August 18, 2009 – 1:30 p.m.
|Presenters:||David Barth, USAID Office of Education|
Mitch Kirby, USAID Pakistan
Seema Agarwal-Harding, USAID Regional Development Missions for Asia
Global Development Alliance
This session focused on regional platforms as illustrations of technical assistance provision and gap-filling programming. Presenters emphasized that regional platforms have the propensity to both serve as effective regional training centers and build relationships with stakeholders in the region. However, participants in this session questioned the need of a corporate model to govern the structure of USAID regional platforms. Many participants voiced their concern for regional platforms to be able to adapt to their region’s needs. Regional platforms serve to bolster and support new areas of programming or recent staff additions. More importantly, regional advisors function as “hands-on mentors” providing assistance with programming. Participants pointed out one argument in favor of a corporate model for regional platforms, the fact that the existence of a standard structural model serves to institutionalize the model, thereby providing stability, however also limiting flexibility.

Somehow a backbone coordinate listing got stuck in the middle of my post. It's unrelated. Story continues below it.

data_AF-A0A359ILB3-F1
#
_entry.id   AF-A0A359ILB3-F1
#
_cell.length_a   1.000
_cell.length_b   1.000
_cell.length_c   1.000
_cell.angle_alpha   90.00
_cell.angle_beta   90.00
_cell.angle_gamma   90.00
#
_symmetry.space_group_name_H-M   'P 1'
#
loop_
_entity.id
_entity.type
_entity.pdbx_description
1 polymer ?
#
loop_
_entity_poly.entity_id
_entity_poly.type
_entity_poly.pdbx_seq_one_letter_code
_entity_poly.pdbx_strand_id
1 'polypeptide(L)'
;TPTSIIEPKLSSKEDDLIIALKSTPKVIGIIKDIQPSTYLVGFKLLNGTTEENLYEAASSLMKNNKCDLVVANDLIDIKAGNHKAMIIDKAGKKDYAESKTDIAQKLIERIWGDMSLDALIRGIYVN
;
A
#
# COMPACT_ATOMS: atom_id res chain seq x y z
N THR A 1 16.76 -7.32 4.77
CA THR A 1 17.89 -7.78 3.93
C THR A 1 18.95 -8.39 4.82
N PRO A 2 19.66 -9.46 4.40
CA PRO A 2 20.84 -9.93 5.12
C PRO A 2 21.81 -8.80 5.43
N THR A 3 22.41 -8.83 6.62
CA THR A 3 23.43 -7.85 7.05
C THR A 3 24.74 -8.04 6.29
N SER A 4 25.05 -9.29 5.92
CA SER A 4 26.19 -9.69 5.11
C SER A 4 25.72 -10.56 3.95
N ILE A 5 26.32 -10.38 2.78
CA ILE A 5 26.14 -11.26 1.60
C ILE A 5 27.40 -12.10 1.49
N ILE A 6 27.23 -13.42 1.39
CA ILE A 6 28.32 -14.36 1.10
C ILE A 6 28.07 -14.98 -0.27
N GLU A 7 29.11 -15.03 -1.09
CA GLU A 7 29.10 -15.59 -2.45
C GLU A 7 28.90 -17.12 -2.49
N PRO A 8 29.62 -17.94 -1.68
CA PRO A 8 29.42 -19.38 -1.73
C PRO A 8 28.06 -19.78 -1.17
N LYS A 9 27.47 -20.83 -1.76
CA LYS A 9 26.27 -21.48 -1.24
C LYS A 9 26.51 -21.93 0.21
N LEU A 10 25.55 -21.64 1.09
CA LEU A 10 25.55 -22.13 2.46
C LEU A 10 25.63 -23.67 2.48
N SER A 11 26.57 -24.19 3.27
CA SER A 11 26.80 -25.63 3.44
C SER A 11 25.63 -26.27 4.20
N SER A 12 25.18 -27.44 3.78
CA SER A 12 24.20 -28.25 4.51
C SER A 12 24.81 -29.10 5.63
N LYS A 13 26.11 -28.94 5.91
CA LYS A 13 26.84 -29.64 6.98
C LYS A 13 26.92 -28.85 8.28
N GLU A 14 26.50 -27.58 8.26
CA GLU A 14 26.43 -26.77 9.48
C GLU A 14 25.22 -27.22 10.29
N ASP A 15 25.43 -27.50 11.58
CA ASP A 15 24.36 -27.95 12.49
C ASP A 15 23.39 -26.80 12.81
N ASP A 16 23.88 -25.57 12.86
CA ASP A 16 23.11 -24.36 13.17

Using a regional platform in Cairo as an example, presenters discussed the fact that there is no corporate model at USAID governing how a platform should be constructed or what the goal of a region should be. The regional platform in Cairo was created in 2005 to provide technical assistance and fill gaps in current programming. Functioning as regional clearinghouses, regional platforms make very effective training centers—especially at Missions that have healthy programming. Participants discussed the fact that there is a correlation between demand and need for such platform programming. Furthermore, the preparation of officers in a regional studies context is necessary (akin to U.S. Department of State training). Regional platforms also offer the ability to be on the ground, build relationships, and create accurate programs.
Participants agreed that the “how” of building a regional platform is more complicated. Although it is easy to know what needs to be done, the logistics of how to make things happen can be problematic: even when there are initiatives that are intended, which are regional in nature, roles as to who will do them and who will fill what roles. Oftentimes, there can be confusion between the views of regional advisors at Missions, regional advisors in Washington, D.C and staff in the platform office. Regional advisors can also function as hands-on mentors, helping to prevent burnout while providing assistance to staff in the field. Nonetheless, according to participants, regional institutions have been one of the most positive additions in the Africa region.
Key take away points included how regional platforms have supported knowledge sharing among regions/countries. This cross-fertilization of ideas allows regional advisors to function as “orchestra leaders” promoting cooperation and collaboration among Missions. Session attendees and participants questioned the need for a regional platform corporate model and emphasized that regional platforms should adapt to regional needs. Participants felt flexibility was more important than standardization, allowing regional platforms to be more effective.